Directed by Mike Figgis

Story by Figgis
(Since all dialogue was improvised, there is no screenplay credit)

With Stellan Skarsgard, Saffron Burrows, Salma Hayek, Jeanne Tripplehorn, Xander Berkeley, Holly Hunter, Mia Maestro and Steven Weber


While Nicholas Cage has used the cachet he earned from making LEAVING LAS VEGAS to land huge  paychecks from Michael Bay & co., director Mike Figgis has used his as a license to experiment. So far, he's been able to retain the privilege of funding and distribution from companies like Sony and MGM. In theory, one has to respect this reluctance to go the safe route, but the results have  been pretty disappointing. Given that most of the people whose taste I trust disliked THE LOSS OF SEXUAL INNOCENCE and MISS JULIE, I decided to skip them. However, TIME CODE seemed like too intriguing a concept to pass up, and it turned out to be  as  interesting as it is bad. Calling it pretentious as about as meaningful as calling THERE'S SOMETHING ABOUT MARY a comedy: if this film had amounted to anything other than a curiosity, it could have opened arthouse doors to adventurous and successful  work  like Kelly Reichardt's ODE or Sadie Benning's FLAT IS BEAUTIFUL. At best, Figgis could be a decent popularizer, but he's made too much of a botch to do any such thing. 

TIME CODE  is an unintentional mockery of French film theorist André Bazin's ideas about the nobility of long takes and deep focus. On paper, Figgis has
fulfilled Bazin's notions about the freedom these formal techniques offer the spectator: filling the screen with 4 rectangular screens, each containing an
unbroken 93-minute take. There's no editing of the image, hence no manipulation of the audience. So far, so good, but in practice, Figgis guides our eyes and ears as much as as any other filmmaker. He's just had to find different methods. No visual cut could be as forceful as his decision to follow an earthquake tremor with a zoom into Jeanne Tripplehorn's face, while cranking up the sound of her screaming  and turning down the volume on all the other screens. If it weren't for the naivete of  Figgis' interview statements about his film's revolutionary nature, I wouldn't be bothered by this "cheating," but he recalls the silliest assumptions of the Dogma 95 manifesto (minus Lars von Trier's prankster spirit).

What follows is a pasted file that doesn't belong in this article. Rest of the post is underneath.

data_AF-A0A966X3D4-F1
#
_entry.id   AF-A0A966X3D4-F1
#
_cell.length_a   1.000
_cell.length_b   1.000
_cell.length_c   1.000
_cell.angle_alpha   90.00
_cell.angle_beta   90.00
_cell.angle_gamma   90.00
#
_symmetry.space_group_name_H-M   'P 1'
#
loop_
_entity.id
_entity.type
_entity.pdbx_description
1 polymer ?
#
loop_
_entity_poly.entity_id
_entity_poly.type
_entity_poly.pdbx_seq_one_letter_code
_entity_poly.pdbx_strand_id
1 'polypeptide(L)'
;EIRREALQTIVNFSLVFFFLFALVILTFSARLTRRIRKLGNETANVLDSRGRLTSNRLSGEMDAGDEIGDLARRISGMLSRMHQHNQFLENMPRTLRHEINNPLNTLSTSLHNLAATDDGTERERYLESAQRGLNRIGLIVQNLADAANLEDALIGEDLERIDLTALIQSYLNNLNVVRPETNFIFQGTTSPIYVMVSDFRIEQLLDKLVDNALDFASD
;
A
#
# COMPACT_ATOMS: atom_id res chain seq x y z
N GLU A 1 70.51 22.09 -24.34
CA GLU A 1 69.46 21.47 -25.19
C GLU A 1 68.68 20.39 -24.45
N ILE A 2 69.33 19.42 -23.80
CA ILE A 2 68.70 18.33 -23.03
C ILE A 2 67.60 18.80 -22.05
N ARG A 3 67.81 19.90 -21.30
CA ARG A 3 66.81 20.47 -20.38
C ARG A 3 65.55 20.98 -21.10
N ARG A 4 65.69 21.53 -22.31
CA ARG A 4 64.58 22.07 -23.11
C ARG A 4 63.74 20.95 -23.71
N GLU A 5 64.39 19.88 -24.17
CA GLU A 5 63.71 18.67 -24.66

The John Cassavetes myth strikes again: jettisoning a  screenplay and relying on improvisation doesn't automatically bring a film to new heights of realism or believability. (Of course, Cassavetes wrote screenplays based on his actors' rehearsals, but his films feel so raw that many people still believe they were improvised.) Here, it just succeeds in making lovers' quarrels and business meetings as boring as to listen to as they usually are in real life. The bulk of the 28 characters, all of whom are involved in the film industry, are uniformly dull, and the jabs at Hollywood are trite and tepid enough to make THE MUSE look like SUNSET BOULEVARD. What little emotional resonance TIME CODE has stems from its sound design. Figgis' background as a musician shows in the sensivity with which he sometimes mixes dialogue, music and sound effects. Although his sound editing is frankly manipulative, it's often quite effective. Unfortunately, it's just as often klutzy. Thirty seconds of a glum Stellan Skarsgard walking to the tune of Everything But The Girl's "Single" is touching, but playing the entire song at full blast destroys the effect.

Overlapping soundtracks with barely audible dialogue, a huge cast with no central character...gosh, I just can't figure out what American director has influenced TIME CODE. With each passing year, Robert Altman's influence over American cinema seems to loom larger, and apart from the split-screen effect, there's little in this film that Altman didn't do better 25-30 years ago. (Granted, Figgis is obviously filtering NASHVILLE through DJ culture,  Dogma 95 and a very...uh, '00 cynicism about the ability of capitalism to co-opt artistic innovation.) In fact, Figgis doesn't even copy Altman particularly well. Paul Thomas Anderson's cross-cutting is more effective than Figgis' visual juxtapositions ever are. Nothing in TIME CODE approaches the poetry of the "Wise Up" montage in MAGNOLIA. With little character or narrative development, the medium overshadows the message by a long shot, which would be fine if only Figgis showed much sensitivity to the specific strengths and weaknesses of video. Unlike Hal Hartley or Fred Kelemen, he never takes advantage of its tendency to blur motion and colors (which usually just looks cheap and ugly, but can be put to beautiful effect), while the handheld videography never approaches the illusion of intimacy achieved by Thomas Vinterberg or the BLAIR WITCH collective.

In some respects, seeing TIME CODE in a theater may be  worst possible way to see it. While Figgis shot 15 feature-length takes, he only used 4 in the final version, and I can easily imagine a TIME CODE CD-ROM or DVD allowing the spectator to decide for oneself which ones to juxtapose and how. As it stands, the level of sensory overload involving in watching it  feels like 93 minutes of channel-surfing, which has its upside and downside. There's always the possibility that something lively is about to happen on one of the screens, but the excess only detracts from any engagement with the characters. In a genuinely interactive version, the project might actually live up to Figgis' claim that "anarchy begets art" or at least provide an enjoyable way to kill an hour and a half. As a film,  it makes him look as bad as the pompous director who pitches her film to Stellan Skarsgard's producer, dropping the name of a European artist or intellectual every other sentence. Give me the real avant-garde or good old-fashioned craftsmanship, but spare me this half-assed muddle.